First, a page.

Sierra Leone - Country Commercial Guide
Investment Climate Statement
Last published date:

The U.S. Department of State’s Investment Climate Statements provide information on the business climates of more than 170 economies and are prepared by economic officers stationed in embassies and posts around the world. They analyze a variety of economies that are or could be markets for U.S. businesses.  The Investment Climate Statements are also references for working with partner governments to create enabling business environments that are not only economically sound, but address issues of labor, human rights, responsible business conduct, and steps taken to combat corruption.  The reports cover topics including Openness to Investment, Legal and Regulatory Systems, Protection of Real and Intellectual Property Rights, Financial Sector, State-Owned Enterprises, Responsible Business Conduct, and Corruption.

Executive Summary

Sierra Leone, with an estimated population of 8.7 million people (2023 World Population Review), is located on the coast of West Africa between the Republic of Guinea in the north and northeast, the Republic of Liberia in the south and southeast, and the Atlantic Ocean on the west, with a land area of 71,740 square kilometers and a humid tropical climate.

Sierra Leone emerged from a decade-long civil war in 2002 and has been politically stable with remarkable religious tolerance among its people. Since 2002, the country economically outperformed other west African countries before it was struck by an outbreak of the Ebola epidemic in 2014. When the country emerged out of the Ebola scourge in 2015, the government turned to foreign direct investment (FDI) to return the economy to the pre-Ebola growth trajectory.

Sierra Leone was recovering from the ravages of the Ebola epidemic of 2014-15 when the COVID-19 pandemic struck in March 2020 and took a heavy toll on the economy. Economic activity dipped sharply in 2020 with elevated inflation and limited fiscal space. According to the International Monetary Fund (IMF), in August 2021, Sierra Leone grappled with severe and persistent effects of the COVID-19 pandemic amidst signs of early economic recovery.

The economy was again recuperating from these disruptions when Russia further invaded Ukraine in February 2022. This unprovoked invasion contributed to rising inflation, especially fuel and food prices; deteriorating foreign exchange rate and reserves; disrupted supply chains; and worsening terms of trade, all severely impacting living standards. Significant debt-fueled government spending in advance of the June 2023 multi-tier elections exacerbated these impacts.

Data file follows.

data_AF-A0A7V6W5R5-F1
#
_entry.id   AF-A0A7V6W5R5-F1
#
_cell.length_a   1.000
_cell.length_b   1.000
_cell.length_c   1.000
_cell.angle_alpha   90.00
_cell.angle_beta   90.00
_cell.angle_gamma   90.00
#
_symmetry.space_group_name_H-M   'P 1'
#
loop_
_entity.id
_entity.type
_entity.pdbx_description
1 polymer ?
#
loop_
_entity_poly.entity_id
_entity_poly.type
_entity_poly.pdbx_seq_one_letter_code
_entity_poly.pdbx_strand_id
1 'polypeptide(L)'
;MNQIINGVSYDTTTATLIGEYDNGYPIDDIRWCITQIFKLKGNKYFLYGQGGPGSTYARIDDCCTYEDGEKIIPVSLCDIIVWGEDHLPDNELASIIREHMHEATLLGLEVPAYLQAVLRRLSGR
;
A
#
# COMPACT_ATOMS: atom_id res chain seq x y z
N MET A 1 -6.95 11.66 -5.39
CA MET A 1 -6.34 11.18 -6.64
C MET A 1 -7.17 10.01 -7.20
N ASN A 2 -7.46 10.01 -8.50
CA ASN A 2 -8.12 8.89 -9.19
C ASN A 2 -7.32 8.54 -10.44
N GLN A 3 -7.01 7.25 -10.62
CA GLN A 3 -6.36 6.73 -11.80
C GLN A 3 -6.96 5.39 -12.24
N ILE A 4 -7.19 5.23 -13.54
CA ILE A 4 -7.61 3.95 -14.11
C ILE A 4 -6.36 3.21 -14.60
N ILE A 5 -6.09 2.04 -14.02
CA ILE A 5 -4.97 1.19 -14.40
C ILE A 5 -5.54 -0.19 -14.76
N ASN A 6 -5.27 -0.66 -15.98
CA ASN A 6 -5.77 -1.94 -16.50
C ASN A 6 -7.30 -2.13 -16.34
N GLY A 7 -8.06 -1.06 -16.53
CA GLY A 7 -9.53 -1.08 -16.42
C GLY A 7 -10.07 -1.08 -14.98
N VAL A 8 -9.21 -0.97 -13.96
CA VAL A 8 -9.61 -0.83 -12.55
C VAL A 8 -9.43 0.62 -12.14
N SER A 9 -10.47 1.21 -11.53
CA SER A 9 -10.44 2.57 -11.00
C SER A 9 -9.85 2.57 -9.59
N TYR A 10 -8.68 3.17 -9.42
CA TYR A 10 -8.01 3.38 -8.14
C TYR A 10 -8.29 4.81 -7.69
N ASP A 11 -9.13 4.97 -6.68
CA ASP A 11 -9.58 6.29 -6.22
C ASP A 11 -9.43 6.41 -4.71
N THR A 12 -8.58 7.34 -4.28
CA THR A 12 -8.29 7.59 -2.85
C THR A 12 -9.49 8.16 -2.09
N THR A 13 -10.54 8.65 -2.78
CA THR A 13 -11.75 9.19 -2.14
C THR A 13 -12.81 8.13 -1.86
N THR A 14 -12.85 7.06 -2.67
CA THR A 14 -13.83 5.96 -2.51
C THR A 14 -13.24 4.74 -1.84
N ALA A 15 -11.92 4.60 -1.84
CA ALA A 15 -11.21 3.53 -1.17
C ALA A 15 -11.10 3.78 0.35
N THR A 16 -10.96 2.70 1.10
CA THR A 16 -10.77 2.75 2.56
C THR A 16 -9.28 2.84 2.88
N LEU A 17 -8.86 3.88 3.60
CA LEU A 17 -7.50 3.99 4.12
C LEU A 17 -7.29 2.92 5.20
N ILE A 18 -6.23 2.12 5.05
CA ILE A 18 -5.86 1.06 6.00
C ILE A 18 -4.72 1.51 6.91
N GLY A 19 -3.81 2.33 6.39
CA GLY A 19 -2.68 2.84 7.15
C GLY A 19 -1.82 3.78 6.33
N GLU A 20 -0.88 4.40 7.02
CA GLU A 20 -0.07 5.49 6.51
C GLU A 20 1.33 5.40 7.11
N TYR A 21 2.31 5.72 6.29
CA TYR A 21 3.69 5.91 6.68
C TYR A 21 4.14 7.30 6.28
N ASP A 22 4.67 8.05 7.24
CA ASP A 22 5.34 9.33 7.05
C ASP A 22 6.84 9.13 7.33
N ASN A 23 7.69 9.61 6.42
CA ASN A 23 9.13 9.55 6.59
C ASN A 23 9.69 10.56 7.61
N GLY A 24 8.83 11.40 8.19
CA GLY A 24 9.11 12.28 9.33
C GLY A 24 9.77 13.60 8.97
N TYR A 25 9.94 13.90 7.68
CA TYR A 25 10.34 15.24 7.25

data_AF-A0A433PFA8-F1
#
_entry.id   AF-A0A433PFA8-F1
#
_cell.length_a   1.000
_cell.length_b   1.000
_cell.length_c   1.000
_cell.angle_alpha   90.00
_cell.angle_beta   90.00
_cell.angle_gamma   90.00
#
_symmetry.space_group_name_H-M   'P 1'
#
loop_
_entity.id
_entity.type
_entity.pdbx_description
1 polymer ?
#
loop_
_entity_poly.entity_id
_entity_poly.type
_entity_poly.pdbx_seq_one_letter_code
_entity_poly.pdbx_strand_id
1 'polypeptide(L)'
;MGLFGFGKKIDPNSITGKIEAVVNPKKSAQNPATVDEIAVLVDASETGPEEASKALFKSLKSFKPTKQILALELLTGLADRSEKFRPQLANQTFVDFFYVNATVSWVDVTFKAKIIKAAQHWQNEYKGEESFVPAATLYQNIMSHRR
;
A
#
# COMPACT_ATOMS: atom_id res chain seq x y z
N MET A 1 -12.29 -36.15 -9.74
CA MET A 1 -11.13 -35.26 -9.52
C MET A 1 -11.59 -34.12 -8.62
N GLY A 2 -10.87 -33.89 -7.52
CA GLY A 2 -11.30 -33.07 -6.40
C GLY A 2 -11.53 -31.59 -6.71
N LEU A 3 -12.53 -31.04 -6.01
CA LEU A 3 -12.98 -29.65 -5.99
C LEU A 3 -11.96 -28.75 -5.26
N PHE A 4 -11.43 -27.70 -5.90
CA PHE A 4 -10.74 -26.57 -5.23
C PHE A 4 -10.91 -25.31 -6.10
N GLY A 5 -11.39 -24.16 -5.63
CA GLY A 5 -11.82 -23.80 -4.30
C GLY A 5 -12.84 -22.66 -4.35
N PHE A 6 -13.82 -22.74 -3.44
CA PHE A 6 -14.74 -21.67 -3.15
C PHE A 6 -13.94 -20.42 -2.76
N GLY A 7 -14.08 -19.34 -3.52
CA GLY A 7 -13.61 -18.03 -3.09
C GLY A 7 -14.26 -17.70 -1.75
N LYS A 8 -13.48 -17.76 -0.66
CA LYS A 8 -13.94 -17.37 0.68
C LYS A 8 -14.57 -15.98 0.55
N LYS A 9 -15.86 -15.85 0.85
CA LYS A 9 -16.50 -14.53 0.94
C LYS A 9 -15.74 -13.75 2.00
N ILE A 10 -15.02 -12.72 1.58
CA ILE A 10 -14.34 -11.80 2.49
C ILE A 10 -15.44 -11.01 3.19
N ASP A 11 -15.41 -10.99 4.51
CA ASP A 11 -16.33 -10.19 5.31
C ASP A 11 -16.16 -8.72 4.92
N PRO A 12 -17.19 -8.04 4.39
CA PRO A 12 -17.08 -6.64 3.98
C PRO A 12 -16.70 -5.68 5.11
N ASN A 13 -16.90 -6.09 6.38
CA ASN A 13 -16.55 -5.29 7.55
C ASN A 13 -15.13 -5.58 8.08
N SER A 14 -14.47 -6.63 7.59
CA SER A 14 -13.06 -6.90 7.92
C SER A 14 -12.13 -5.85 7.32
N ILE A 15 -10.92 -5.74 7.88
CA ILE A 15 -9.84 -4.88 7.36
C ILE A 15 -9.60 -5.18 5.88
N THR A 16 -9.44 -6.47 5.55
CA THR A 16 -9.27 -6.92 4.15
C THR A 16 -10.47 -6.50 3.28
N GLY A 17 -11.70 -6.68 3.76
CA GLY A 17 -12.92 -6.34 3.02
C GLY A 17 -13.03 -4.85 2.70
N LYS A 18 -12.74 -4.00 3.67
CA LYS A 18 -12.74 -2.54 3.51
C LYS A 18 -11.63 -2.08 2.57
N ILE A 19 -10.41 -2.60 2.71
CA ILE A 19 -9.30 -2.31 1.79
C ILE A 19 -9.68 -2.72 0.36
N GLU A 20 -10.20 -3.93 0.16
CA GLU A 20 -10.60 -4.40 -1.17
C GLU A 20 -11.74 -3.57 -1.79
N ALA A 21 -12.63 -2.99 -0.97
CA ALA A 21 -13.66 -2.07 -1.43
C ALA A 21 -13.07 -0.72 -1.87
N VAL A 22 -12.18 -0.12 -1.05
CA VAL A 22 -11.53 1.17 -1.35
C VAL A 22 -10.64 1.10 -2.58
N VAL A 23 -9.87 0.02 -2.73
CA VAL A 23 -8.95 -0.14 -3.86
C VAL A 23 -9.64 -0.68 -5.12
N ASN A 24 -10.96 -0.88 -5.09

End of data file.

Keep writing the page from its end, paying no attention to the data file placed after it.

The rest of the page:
Sierra Leone offers significant investment potential across numerous sectors. The country is rich in mineral reserves and natural resources with a favorable tropical climate, fertile soil advantageous for agriculture, extensive continental shelf with multiple varieties of fishery resources, a natural environment offering tourism prospects, and vast mineral resources, especially iron ore, diamonds, gold, rutile, ilmenite, and bauxite. Possibilities also exist in energy, water, telecommunications, and other public infrastructure. FDI is crucial to the country’s economic recovery. Therefore, there has been a continuous drive and policy focus on encouraging FDI into the country.

There are also opportunities for public-private partnership projects in energy, water, telecommunications, and other public infrastructure. Opportunities further exist for investors to benefit from several preferential trade agreements. These include duty-free access to the Mano River Union market of more than 50 million, ECOWAS market of over 420 million, and the African Continental Free Trade Agreement of about fifty-four African countries with a combined population of more than one billion. The country also benefits from the European Union’s Everything but Arms initiative and the United States African Growth and Opportunity Act (AGOA).

President Julius Maada Bio of the Sierra Leone Peoples Party (SLPP) was re-elected for a second term in June 2023 in an election that credible international and domestic observers found was marred by logistical challenges and irregularities that called into question the integrity of the election results. An internationally facilitated mediated dialogue with the opposition All People’s Congress (APC) has ended an APC boycott of government institutions, reduced inter-party tensions, and created a number of vehicles for ongoing dialogue and dispute resolution, including an independent Electoral Reform Committee that is examining the conduct of the 2023 multi-tier elections and making recommendations to improve the legal framework for elections moving forward.  The government has adopted as its development agenda the “Big Five Game Changers” contained in the SLPP’s 2023 election manifesto: food security and investment in agriculture; human capital development; youth employment; improved public service; and technology and infrastructure, especially in digitizing the financial sector and expanding the power sector.   

During President Bio’s first term, his government took actions such as the enactment of the Arbitration Act 2022 and the establishment of the National Investment Bureau (NIB) with the aim to make it easier to invest and do business in Sierra Leone.  There are, however, remaining legislative, institutional, and regulatory challenges to investment, including in the areas governance and rule of law, dispute resolution, and finance. Poor quality and limited public infrastructure also poses significant investment challenges as the country lacks the capacity necessary to support commercial activities. Challenges similarly persist in corruption, skilled labor, accessing land, high-interest rates, and contract enforcement.

To access the ICS, visit the U.S. Department of State Investment Climate Statements website.